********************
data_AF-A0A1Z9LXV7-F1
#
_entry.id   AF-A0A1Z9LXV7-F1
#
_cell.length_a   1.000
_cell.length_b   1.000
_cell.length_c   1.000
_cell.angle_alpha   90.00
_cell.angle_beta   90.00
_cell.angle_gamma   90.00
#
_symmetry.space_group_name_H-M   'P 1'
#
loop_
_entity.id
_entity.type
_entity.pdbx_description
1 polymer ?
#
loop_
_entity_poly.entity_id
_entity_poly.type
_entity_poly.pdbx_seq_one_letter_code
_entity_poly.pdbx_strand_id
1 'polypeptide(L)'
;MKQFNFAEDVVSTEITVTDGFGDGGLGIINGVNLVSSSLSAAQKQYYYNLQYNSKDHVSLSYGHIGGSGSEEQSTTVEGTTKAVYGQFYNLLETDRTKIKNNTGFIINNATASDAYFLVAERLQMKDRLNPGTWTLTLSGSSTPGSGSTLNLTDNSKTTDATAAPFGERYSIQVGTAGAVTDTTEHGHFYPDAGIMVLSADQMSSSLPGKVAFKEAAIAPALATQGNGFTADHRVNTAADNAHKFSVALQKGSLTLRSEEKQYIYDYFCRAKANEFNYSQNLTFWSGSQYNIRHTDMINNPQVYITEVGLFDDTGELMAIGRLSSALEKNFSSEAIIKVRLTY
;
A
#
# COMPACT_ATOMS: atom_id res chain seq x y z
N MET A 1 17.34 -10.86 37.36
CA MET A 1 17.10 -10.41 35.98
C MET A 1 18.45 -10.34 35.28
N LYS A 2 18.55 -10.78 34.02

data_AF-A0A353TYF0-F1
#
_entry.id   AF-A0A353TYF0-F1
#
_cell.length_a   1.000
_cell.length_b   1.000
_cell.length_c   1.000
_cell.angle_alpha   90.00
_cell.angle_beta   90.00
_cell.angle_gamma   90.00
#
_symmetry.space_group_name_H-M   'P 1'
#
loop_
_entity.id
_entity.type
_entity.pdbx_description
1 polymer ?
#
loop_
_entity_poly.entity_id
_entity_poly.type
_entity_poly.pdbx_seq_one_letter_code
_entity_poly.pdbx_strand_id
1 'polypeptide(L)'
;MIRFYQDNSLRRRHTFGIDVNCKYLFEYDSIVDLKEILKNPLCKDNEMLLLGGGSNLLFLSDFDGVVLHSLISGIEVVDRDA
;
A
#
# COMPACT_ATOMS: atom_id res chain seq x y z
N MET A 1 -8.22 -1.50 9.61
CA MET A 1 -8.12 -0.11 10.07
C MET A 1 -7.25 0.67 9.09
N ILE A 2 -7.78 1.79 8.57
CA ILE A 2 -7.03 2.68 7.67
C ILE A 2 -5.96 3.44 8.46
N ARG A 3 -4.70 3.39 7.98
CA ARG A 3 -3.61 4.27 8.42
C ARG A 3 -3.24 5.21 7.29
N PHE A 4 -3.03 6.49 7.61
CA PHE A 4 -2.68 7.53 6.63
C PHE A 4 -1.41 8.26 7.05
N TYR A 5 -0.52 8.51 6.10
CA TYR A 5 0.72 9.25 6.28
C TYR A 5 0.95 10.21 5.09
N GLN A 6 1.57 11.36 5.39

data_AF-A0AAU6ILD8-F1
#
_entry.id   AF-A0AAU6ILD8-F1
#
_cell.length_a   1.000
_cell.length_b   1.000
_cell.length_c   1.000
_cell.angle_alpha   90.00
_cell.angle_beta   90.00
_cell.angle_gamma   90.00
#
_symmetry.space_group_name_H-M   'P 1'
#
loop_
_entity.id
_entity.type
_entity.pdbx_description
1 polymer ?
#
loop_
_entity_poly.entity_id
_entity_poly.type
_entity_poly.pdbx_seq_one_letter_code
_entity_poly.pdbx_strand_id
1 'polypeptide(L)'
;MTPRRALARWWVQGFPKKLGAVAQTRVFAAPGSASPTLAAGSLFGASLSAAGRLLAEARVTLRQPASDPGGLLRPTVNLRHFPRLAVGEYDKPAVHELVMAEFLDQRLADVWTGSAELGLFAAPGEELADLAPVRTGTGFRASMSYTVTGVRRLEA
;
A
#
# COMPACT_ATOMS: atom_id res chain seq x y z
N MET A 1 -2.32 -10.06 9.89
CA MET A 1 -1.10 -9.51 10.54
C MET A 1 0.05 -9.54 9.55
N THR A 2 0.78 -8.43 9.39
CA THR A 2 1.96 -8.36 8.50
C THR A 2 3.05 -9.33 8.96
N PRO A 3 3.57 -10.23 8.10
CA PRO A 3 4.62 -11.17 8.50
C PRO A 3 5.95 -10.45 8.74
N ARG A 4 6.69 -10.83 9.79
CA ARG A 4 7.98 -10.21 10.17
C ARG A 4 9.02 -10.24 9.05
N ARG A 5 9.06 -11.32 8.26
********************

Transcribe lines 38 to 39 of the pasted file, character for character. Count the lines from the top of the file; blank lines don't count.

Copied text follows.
#
_cell.length_a   1.000